Monkey see(s), monkey do(es), 1901, 1893

Neal Whitman nwhitman at AMERITECH.NET
Tue Nov 19 18:47:08 UTC 2013

Someone on Facebook asked me why the expression is "Monkey see,
monkey do" instead of "Monkey sees, monkey does." Doing a bit of
research for a possible Visual Thesaurus column, I found  this 2004 ADS-L
message dating the expression to 1922:;4qir2A;200403300121080500E
I have also found "monkey see, monkey do" from 1901 via Google
Books, in an issue of the Seamen's Friend magazine:
I am firmly convinced that it captains would keep these saloon touts off
their ships that the number of the desertions would decrease. But what can be
expected when many of the officers themselves hobnob with such men. There is an
old saying, “monkey see monkey do,” and a great many men and boys take their
cue from their officers; boys ape the man.
still doesn't explain the lack of verbal morphology, or the anarthrous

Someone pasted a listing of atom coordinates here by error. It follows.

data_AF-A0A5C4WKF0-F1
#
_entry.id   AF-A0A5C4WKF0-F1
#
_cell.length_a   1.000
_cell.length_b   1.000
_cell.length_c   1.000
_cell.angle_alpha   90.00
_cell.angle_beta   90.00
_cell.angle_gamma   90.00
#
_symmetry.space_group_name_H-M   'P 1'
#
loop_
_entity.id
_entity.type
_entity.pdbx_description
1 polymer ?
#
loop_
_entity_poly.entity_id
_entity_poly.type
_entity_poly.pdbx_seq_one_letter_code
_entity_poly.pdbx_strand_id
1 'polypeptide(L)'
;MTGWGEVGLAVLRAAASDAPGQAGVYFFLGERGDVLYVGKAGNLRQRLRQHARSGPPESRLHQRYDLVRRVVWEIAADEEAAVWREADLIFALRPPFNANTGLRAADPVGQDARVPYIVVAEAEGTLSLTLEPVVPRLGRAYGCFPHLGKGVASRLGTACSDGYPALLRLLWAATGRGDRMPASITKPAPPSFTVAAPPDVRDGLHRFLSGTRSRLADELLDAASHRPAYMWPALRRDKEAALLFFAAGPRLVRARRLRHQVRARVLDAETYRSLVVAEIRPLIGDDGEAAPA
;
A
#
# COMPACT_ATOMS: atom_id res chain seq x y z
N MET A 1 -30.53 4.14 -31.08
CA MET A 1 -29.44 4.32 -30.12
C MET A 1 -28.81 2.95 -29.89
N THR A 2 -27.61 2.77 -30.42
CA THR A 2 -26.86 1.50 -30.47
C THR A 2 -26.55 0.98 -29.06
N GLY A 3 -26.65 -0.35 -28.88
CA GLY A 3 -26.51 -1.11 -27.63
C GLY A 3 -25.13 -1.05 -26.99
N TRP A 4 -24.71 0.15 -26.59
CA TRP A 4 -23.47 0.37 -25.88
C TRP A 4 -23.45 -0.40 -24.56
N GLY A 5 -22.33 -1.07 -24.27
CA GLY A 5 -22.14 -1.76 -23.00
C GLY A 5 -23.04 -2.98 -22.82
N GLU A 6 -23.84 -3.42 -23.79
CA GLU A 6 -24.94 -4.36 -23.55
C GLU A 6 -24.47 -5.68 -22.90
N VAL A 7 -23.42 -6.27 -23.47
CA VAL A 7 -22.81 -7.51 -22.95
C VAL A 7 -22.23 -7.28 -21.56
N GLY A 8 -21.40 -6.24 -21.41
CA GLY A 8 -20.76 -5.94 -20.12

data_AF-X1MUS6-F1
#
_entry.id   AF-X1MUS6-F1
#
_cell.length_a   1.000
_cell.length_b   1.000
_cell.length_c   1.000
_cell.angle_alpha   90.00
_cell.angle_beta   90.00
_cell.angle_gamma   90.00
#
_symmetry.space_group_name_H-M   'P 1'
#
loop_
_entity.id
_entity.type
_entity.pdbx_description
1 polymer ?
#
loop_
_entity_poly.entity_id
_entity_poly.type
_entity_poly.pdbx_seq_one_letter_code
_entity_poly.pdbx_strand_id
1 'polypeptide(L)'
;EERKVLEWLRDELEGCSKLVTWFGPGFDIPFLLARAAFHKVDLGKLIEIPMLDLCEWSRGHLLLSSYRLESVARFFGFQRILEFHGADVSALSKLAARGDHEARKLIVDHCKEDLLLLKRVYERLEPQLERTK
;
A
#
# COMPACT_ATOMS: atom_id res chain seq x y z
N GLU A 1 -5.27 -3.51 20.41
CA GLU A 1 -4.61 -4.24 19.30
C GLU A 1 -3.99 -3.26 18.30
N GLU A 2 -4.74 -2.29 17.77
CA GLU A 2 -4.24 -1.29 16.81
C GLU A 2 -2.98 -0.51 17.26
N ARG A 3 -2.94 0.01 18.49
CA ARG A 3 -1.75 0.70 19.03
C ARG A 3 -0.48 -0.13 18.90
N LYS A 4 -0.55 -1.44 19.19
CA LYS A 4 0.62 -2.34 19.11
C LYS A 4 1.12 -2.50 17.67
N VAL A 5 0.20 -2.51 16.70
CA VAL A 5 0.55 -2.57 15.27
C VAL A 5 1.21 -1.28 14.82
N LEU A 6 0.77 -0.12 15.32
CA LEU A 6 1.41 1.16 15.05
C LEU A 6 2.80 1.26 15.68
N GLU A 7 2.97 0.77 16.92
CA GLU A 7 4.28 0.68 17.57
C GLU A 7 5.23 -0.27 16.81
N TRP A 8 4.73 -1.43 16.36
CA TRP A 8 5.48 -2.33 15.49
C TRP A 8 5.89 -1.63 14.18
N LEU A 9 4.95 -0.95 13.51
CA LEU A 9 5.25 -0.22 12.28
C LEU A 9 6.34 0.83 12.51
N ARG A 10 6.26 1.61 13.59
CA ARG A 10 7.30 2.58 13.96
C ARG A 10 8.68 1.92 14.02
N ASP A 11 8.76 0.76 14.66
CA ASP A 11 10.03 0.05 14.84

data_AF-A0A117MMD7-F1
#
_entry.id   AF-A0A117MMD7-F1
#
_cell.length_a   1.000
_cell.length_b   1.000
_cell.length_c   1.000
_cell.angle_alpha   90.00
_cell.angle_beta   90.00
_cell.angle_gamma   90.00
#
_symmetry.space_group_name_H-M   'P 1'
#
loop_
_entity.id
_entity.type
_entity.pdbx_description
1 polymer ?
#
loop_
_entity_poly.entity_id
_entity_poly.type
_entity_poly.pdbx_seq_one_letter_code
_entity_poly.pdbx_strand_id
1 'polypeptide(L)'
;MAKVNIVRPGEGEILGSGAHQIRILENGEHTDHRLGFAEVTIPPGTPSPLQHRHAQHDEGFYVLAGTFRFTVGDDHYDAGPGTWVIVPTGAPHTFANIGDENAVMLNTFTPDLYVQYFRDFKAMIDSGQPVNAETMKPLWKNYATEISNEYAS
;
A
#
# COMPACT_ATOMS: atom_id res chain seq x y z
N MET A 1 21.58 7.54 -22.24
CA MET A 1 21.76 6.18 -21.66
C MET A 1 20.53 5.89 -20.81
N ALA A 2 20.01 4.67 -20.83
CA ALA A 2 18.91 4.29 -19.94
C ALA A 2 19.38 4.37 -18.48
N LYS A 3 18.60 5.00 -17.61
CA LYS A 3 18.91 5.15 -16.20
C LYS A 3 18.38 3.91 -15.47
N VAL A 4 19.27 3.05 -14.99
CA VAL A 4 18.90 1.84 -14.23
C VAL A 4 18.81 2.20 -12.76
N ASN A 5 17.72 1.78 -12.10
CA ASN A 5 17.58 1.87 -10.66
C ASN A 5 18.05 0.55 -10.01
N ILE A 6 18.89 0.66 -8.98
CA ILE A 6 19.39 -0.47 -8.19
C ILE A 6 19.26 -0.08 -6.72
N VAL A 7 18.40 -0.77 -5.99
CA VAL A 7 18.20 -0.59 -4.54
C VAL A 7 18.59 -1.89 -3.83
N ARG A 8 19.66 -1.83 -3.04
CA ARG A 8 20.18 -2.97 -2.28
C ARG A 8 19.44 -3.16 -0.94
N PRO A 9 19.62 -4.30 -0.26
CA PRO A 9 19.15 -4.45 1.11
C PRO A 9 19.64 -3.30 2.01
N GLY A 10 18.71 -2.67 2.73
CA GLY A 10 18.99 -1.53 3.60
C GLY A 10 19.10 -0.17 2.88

"monkey". It sounded to me (and also Ben) like Chinese Pidgin
English, especially two-part conditional-like sentences like "no
pain, no gain", but I have not been able to verify this. The closest I've
come is this blog post by David Crystal, in which he assumes that its source is
a pidgin of some sort, but does not give details

On the other hand, it seems that an earlier version of the expression *did* have
singular morphology. I have found "monkey sees, monkey does" in 1893
in a Library of Congress newspaper archive. It's in the fine print above the
line "We Are Selling the Shoes!" here:
Other variations include "what monkey sees, monkey does,"
"monkeys see, monkeys do," etc.Further antedatings or
information about possible pidgin origins are welcomed.

The American Dialect Society -

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